Today's installment of campaign-related news items from across the country.
* As his political career came to an end, Minnesota's Tim Pawlenty (R), who lost a gubernatorial primary most expected him to win, told reporters last night, "The Republican Party has shifted. It is the era of Trump and I'm just not a Trump-like politician."
* In the wake of his arrest, Rep. Chris Collins (R-N.Y.) has suspended his re-election campaign and is prepared to let his party choose a new nominee. With the relevant deadlines having come and gone, New York Democrats are preparing to take the matter to court, insisting that Collins' name remain on the ballot.
* In the midst of an ongoing controversy surrounding his campaign's allegedly fraudulent tactics, Rep. Scott Taylor (R-Va.) announced he's withdrawing from an upcoming debate with his Democratic rival, Elaine Luria. The official explanation is that the debate was sponsored by WHRO, a public-radio outlet in Norfolk, and Taylor disapproves of the station's coverage.
* In a bit of a surprise, former New Mexico Gov. Gary Johnson, a Republican-turned-Libertarian and failed presidential candidate, yesterday launched a U.S. Senate campaign. He'll take on incumbent Sen. Martin Heinrich (D), who appears to be the heavy favorite for re-election.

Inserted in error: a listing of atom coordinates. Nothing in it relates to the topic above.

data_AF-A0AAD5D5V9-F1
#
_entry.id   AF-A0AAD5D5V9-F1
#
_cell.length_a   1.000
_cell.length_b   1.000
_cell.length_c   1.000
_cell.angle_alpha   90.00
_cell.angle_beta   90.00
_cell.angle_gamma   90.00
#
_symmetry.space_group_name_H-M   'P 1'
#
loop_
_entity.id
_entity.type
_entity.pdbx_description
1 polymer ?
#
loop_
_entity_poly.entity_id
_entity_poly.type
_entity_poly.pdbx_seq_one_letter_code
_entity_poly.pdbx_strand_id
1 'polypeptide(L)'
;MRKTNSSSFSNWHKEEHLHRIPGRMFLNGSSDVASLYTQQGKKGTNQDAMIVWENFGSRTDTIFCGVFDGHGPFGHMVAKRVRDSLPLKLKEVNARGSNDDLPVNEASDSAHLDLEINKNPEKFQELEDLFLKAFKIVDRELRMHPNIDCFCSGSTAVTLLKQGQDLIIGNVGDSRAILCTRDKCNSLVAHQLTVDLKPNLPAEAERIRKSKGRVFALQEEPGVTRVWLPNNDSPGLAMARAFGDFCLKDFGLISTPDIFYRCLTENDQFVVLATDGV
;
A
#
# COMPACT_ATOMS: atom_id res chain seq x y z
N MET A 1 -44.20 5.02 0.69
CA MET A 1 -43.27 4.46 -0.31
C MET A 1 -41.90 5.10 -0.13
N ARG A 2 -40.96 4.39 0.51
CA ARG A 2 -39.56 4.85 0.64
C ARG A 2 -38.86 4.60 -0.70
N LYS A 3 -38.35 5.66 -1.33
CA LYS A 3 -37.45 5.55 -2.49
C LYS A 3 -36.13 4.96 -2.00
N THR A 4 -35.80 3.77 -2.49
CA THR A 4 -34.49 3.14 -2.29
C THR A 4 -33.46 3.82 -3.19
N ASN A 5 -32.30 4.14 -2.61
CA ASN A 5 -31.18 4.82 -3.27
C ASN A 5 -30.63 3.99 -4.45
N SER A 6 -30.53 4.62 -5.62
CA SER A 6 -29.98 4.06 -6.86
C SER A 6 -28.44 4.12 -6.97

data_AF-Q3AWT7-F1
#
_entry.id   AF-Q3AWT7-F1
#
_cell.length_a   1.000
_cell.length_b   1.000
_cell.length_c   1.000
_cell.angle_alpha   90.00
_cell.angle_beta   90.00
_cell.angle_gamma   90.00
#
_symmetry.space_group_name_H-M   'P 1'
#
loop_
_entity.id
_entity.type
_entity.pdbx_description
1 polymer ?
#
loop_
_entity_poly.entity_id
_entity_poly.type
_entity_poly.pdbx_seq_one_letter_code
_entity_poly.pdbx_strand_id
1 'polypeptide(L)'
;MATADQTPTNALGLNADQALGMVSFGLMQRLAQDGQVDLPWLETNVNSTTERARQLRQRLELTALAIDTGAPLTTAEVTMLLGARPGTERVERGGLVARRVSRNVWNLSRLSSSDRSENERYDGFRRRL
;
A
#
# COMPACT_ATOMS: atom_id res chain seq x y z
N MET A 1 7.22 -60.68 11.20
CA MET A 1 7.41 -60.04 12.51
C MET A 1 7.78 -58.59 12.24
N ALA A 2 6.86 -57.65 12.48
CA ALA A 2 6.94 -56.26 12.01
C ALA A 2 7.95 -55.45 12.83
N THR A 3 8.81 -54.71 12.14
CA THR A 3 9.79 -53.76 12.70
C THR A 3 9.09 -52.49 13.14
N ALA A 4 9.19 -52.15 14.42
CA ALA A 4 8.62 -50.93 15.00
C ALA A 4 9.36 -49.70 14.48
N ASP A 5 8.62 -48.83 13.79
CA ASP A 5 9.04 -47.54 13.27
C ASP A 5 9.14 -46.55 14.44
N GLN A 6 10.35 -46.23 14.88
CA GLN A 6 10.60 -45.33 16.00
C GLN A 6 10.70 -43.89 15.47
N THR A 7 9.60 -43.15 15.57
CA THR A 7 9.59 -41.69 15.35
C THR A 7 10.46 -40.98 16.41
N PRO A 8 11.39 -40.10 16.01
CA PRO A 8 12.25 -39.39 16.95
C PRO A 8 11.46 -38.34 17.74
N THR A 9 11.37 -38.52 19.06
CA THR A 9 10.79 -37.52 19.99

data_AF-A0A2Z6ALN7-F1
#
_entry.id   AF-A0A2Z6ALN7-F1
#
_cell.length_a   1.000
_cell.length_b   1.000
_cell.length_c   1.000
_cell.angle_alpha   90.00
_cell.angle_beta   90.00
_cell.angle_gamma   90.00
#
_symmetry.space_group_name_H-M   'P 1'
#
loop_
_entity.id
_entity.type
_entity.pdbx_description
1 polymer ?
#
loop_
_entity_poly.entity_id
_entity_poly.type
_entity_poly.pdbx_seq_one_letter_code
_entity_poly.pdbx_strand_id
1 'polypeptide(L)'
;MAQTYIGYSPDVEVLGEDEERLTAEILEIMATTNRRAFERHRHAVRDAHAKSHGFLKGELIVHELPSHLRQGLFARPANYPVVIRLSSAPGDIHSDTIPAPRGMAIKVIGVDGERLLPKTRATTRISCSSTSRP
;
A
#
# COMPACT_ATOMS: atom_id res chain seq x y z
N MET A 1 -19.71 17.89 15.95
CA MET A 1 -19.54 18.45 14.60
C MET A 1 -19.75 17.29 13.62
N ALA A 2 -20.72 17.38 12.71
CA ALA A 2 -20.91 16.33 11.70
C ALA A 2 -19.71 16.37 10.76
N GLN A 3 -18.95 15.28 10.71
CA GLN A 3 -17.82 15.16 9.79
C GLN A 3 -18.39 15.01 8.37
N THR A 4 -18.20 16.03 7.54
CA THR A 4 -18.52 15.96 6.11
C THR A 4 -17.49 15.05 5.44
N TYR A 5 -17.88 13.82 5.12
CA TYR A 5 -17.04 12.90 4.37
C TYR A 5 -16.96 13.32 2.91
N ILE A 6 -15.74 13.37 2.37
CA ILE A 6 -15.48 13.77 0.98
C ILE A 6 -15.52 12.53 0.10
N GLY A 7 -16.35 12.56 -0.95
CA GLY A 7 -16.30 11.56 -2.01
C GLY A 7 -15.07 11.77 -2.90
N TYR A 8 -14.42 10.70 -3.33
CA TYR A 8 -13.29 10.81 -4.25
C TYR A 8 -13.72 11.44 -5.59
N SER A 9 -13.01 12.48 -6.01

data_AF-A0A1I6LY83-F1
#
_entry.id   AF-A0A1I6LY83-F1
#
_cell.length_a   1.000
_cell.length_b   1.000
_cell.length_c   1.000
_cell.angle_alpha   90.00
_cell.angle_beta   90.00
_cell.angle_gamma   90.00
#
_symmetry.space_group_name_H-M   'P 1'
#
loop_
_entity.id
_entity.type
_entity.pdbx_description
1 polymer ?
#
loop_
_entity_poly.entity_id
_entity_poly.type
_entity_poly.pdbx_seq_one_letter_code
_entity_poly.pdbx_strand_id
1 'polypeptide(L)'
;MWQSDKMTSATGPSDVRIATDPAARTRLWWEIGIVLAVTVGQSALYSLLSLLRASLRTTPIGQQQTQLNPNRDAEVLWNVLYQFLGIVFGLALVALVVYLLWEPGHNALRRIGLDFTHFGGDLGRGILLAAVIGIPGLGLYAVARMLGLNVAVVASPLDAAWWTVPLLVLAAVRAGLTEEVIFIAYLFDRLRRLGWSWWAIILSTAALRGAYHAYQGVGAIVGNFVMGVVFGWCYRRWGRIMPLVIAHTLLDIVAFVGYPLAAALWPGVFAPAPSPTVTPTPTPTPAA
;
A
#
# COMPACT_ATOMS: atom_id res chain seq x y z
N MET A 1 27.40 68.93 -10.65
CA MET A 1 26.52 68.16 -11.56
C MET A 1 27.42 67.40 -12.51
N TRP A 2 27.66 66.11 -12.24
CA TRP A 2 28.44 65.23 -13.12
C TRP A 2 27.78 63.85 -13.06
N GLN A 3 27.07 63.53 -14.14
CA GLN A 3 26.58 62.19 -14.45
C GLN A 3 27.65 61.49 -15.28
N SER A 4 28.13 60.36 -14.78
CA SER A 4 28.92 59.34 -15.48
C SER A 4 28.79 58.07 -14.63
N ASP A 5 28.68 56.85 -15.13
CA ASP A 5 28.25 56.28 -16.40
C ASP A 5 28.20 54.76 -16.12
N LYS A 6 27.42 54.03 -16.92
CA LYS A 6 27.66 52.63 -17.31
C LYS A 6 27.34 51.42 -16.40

* In Kentucky's 6th congressional district, Rep. Andy Barr's (R) first general-election ad criticizes Amy McGrath (D) for, among other things, identifying herself as a "feminist." Why that's supposed to be a bad thing is unclear.
* Slate had a good piece yesterday on a federal court blocking New Hampshire's "signature mismatch" law on Tuesday, "prohibiting the state from rejecting ballots on the basis of inconsistent handwriting."
* And Larry Kudlow, the director of the White House National Economic Council, predicted yesterday that Republicans "will lose seats but keep the House" in this year's midterms. Given Kudlow's usual track record -- his predictions are nearly always wrong -- Democrats should probably consider this very good news.